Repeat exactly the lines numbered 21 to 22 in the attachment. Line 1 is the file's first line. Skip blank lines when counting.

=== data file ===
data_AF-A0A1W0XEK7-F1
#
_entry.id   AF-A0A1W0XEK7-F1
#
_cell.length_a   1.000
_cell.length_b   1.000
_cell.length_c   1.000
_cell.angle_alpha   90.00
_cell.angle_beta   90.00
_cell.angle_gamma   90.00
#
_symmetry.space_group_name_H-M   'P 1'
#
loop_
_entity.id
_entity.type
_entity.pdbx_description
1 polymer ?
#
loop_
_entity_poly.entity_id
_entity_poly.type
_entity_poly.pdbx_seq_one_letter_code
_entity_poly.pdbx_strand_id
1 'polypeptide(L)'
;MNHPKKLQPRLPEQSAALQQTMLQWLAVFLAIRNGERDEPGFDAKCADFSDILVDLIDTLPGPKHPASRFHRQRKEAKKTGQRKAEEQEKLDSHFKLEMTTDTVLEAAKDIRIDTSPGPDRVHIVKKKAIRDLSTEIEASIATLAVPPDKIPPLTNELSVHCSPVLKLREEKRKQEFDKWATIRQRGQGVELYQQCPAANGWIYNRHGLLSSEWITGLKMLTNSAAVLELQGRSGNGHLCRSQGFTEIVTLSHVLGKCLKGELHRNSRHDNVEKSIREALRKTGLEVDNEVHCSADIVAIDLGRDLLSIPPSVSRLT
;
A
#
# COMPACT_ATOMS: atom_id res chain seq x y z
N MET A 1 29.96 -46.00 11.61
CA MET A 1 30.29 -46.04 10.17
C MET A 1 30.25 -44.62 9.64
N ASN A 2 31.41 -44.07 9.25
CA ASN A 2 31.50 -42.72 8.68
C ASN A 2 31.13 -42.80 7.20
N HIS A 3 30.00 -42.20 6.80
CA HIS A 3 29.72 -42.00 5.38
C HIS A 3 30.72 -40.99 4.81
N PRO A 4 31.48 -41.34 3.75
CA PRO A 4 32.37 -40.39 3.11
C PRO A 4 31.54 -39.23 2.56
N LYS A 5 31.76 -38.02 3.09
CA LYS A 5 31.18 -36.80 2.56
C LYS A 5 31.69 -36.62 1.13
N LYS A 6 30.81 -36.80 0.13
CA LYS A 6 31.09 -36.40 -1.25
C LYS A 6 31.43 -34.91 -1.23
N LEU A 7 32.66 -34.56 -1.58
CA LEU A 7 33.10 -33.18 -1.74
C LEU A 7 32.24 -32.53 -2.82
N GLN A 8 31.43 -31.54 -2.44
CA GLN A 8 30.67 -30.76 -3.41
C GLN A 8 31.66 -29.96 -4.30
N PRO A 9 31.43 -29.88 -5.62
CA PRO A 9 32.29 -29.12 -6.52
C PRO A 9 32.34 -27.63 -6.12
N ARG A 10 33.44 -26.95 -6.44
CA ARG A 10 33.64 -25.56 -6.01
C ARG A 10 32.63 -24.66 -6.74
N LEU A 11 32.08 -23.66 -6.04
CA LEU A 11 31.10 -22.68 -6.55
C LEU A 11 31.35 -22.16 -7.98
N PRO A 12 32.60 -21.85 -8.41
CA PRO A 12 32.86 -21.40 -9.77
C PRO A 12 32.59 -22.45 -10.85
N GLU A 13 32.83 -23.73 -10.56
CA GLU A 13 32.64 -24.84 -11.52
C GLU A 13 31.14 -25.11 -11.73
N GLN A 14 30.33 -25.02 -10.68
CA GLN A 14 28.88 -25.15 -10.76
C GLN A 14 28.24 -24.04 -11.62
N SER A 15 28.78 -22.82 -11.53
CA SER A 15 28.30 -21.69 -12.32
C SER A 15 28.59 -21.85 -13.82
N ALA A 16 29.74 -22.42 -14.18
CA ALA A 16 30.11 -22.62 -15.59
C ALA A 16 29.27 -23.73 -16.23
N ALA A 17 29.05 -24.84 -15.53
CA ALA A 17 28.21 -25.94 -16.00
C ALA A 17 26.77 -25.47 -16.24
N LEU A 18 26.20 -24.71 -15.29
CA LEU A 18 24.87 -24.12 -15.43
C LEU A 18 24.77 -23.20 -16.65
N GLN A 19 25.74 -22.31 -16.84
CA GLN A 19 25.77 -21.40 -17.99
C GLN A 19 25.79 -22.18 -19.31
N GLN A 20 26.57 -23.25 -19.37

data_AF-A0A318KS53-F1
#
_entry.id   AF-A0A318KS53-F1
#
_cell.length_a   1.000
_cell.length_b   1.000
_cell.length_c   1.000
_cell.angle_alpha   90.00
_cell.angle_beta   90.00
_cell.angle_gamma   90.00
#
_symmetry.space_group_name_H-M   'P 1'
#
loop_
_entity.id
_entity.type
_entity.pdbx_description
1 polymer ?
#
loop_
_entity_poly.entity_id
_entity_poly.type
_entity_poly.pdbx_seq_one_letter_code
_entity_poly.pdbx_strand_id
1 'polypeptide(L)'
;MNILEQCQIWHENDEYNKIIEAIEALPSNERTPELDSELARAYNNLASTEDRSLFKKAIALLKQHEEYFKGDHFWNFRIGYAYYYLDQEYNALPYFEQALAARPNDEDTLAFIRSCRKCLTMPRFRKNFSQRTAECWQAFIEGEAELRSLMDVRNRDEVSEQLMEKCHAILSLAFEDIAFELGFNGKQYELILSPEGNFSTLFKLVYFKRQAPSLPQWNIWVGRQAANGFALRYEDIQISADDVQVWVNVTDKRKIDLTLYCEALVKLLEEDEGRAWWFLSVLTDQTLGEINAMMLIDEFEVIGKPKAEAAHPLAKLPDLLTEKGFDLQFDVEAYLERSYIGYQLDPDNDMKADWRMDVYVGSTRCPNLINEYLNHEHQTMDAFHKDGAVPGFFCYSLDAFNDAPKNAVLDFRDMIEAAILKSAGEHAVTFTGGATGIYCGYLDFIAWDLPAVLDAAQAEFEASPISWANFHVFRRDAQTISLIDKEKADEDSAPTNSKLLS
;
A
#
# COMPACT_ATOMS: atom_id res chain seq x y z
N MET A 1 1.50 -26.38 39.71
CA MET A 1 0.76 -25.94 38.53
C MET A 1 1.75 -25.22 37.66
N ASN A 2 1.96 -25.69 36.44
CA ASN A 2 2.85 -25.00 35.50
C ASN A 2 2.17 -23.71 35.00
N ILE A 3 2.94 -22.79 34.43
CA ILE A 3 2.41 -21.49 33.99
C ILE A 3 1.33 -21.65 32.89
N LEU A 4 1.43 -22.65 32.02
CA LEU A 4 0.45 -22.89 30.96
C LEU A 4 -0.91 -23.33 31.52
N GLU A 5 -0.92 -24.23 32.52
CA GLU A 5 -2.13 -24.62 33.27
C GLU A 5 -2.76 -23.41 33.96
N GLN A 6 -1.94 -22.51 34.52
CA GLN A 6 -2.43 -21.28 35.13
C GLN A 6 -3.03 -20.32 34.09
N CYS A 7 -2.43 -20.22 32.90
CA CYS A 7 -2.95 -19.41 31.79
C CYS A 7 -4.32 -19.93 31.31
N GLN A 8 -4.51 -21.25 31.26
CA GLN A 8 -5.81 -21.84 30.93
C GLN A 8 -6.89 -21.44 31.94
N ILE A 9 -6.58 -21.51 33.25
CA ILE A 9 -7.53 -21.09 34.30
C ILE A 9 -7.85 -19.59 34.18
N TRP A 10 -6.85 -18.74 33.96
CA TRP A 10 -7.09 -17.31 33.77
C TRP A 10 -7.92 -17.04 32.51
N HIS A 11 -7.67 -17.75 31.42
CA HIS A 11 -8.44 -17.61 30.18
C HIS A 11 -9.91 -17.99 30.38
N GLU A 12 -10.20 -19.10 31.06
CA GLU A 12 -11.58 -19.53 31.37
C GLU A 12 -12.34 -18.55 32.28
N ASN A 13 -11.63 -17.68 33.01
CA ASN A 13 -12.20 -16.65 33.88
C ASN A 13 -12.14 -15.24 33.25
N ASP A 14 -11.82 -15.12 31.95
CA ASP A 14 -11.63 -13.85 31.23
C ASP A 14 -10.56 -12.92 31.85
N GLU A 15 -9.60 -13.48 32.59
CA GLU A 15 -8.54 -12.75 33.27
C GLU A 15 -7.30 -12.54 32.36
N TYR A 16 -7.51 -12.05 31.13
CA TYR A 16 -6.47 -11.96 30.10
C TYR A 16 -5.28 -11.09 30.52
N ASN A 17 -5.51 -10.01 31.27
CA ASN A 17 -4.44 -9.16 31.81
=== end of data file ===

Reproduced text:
_entity_poly.entity_id
_entity_poly.type